Israel responded with an airstrike that wounded a Hamas militant, and it briefly sent tanks and bulldozers across the border into Gaza.
The fighting was the worst violence since the sides declared a cease-fire on Jan. 18 that halted a blistering three-week Israeli offensive. Since withdrawing its troops, Israel has threatened to retaliate hard for any violations of the informal truce.
"We will respond, but there is no point in elaborating," Israeli Defense Minister Ehud Barak said during a trip to a military base in southern Israel. Later, he convened an emergency meeting of top security officials. Barak talked with Prime Minister Ehud Olmert after the meeting, but no details of the discussion were released.
There was no immediate claim of responsibility, but Ramattan, a Palestinian news agency, later released a video of the roadside bombing allegedly filmed by militants.
The video showed a large explosion detonating next to a jeep moving on the Israeli side of the border fence. A huge plume of smoke emerges as the jeep stops dead in its tracks. Two Israeli soldiers are then seen running toward the jeep and gunfire is directed at them before a secondary blast hits them too.
Mushir al-Masri, a Hamas lawmaker, said Israel was to blame for continuing to fire into Gaza. Al-Masri said his group had not agreed to a full cease-fire but only to a "lull" in fighting. "The Zionists are responsible for any aggression," he said.
After Tuesday's bomb blast, heavy gunfire was heard along the border in central Gaza and Israeli helicopters hovered in the air firing machine gun bursts, Palestinian witnesses said. An Israeli jet set off a loud sonic boom over Gaza City not long afterward, possibly as a warning.
Hamas said the Israeli airstrike wounded one of its militants as he rode a motorcycle in the southern Gaza town of Khan Younis. Residents said Israeli tanks and bulldozers also entered the area where the roadside bombing took place and were tearing up some vacant land apparently to prevent it from being used to stage attacks.
Not long after the bombing, a 27-year-old Gaza farmer was killed by Israeli gunfire along the border several miles (kilometers) away, Palestinian medical officials said. The military had no comment, and it was unclear if the two incidents were related.
The violence cast a shadow over the arrival of George Mitchell, President Barack Obama's special Mideast envoy. Mitchell was set to arrive in Israel on Wednesday for three days of talks with Israeli and Palestinian leaders on how to get stalled peace efforts back on track. Mitchell is expected to meet Israeli Prime Minister Ehud Olmert, top security officials, and the pro-Western Palestinian president, Mahmoud Abbas.
Mitchell has no plans to meet with Hamas, which the U.S., Israel and European Union consider a terrorist group. Hamas overran Gaza from forces loyal to Abbas in June 2007. Hamas' control of Gaza, and its refusal to recognize Israel's right to exist, are considered major obstacles to peace efforts.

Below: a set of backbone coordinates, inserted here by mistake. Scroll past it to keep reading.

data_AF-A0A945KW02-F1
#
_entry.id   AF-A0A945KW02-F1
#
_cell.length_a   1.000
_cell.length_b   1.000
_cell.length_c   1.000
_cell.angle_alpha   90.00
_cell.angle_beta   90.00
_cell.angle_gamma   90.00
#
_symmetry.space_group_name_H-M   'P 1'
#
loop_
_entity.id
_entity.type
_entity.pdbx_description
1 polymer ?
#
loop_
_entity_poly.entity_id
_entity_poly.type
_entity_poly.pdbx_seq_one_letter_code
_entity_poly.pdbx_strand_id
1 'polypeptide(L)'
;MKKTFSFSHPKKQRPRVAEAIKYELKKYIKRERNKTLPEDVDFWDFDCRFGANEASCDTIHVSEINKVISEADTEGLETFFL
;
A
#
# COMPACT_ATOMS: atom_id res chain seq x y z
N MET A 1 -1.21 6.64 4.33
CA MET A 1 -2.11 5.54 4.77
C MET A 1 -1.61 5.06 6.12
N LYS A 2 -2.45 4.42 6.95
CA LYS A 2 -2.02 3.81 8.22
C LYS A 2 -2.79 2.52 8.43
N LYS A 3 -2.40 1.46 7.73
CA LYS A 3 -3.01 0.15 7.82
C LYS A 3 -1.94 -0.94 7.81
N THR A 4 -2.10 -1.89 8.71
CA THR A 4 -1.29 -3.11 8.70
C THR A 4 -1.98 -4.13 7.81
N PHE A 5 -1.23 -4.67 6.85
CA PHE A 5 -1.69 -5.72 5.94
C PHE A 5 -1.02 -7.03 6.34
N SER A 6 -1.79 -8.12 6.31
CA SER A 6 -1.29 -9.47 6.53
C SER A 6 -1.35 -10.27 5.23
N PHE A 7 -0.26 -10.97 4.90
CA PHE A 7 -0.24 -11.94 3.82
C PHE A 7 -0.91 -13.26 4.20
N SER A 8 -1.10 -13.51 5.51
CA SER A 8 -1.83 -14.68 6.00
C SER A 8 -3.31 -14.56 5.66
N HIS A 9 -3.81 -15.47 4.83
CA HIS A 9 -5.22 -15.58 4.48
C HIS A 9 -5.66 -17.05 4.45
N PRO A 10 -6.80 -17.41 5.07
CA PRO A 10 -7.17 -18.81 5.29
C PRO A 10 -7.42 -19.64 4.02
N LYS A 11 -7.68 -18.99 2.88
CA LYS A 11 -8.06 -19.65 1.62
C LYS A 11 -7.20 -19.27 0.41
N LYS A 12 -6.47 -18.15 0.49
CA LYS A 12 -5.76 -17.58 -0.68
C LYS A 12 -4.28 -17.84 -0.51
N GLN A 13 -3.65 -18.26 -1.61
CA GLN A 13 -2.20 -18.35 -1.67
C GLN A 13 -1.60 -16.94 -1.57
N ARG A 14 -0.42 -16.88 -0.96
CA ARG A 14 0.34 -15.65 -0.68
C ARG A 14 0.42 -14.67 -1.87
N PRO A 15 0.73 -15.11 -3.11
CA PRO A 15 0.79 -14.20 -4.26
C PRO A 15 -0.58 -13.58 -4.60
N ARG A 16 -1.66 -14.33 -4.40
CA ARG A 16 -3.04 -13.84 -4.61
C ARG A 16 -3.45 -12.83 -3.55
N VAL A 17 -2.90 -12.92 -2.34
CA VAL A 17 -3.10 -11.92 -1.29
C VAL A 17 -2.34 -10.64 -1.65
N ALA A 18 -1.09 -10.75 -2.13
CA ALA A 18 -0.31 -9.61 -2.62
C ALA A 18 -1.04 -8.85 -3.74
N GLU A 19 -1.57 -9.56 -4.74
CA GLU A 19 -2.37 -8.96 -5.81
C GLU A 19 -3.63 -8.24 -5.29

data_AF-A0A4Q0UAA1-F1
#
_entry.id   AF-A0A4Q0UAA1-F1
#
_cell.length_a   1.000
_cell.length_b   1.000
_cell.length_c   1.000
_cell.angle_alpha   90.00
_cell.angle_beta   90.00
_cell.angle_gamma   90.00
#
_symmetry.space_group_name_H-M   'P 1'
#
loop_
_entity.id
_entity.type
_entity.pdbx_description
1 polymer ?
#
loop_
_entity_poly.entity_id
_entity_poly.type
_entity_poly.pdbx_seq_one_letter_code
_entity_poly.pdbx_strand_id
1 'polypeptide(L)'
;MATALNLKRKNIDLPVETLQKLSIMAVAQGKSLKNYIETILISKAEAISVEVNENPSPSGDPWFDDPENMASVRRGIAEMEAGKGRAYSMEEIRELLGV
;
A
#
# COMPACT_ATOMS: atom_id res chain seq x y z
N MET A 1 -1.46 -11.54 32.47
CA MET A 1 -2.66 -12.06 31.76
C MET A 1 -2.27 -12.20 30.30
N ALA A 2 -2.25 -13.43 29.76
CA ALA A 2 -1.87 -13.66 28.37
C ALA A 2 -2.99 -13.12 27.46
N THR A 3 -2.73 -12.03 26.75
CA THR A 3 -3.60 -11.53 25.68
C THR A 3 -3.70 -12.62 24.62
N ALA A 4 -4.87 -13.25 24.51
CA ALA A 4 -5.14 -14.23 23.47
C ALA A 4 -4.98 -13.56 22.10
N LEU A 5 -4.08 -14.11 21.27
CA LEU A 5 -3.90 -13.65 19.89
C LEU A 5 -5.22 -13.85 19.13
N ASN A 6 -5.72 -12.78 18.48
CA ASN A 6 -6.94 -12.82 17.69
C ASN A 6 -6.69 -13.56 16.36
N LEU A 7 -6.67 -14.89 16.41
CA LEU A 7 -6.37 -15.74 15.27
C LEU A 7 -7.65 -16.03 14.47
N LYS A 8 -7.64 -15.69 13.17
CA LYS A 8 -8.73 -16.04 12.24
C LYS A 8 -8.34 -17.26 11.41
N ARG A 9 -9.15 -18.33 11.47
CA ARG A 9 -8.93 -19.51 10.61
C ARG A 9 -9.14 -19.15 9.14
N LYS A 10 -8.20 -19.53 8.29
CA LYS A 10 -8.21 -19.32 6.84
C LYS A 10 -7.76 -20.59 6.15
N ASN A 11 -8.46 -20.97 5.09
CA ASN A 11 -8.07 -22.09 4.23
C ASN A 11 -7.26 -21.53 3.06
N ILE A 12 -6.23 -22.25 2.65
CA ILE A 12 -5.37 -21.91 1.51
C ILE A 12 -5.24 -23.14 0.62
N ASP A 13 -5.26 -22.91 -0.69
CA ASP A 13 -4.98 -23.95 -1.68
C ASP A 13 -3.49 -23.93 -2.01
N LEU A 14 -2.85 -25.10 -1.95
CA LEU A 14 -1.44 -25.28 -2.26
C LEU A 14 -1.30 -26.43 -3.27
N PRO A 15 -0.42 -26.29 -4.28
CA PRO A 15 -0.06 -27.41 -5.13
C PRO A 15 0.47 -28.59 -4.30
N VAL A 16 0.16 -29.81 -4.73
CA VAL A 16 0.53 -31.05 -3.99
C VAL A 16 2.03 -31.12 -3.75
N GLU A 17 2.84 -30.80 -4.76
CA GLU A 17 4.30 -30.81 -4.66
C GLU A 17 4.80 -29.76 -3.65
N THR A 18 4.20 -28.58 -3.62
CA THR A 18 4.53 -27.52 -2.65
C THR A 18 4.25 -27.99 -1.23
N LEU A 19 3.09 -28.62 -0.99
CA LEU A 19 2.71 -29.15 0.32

The decision to appoint a presidential envoy and send him to the Middle East so early in the administration is a sign that Obama intends to take a more active approach to the region than did his predecessor. As the man who brokered Northern Ireland's Good Friday peace accord in 1998, Mitchell also brings gravitas to the job and a proven record of resolving seemingly intractable disputes.
In an interview Monday with the Arabic satellite channel Al-Arabiya, Obama said he felt it important to "get engaged right away" in the Mideast. He said he directed Mitchell to talk to "all the major parties involved" and that his administration would craft an approach after that.
"What I told him is start by listening, because all too often the United States starts by dictating," Obama said. At his West Bank headquarters, Abbas said he was looking forward to working with the new administration. "Obama has said good words," he told a news conference. "We are waiting and we need to see if this administration is serious on achieving peace within this year."
Abbas also took aim at his Hamas rivals, accusing the group of bringing "destruction" upon the people of Gaza by inviting the Israeli offensive. Israel launched the operation in response to years of Hamas rocket attacks, including heavy barrages in the days before the invasion.
The offensive killed nearly 1,300 people, including hundreds of civilians, and caused an estimated $2 billion in damage. The international community is now trying to broker a long-term cease-fire and figure out ways to rebuild the coastal territory.
In Gaza, the prime minister of the Hamas government said his group would not try to claim any international construction funds. The announcement from Ismail Haniyeh, who remains in hiding because of fears he could be assassinated by Israel, appeared directed at donors who concerned their funds could end up in Hamas' hands.
"Our aim now is to ease the suffering of our people and to remove the aftermath of the aggression in Gaza," the statement said. "Therefore we emphasize that we are not concerned to receive the money for rebuilding Gaza and we are not seeking that."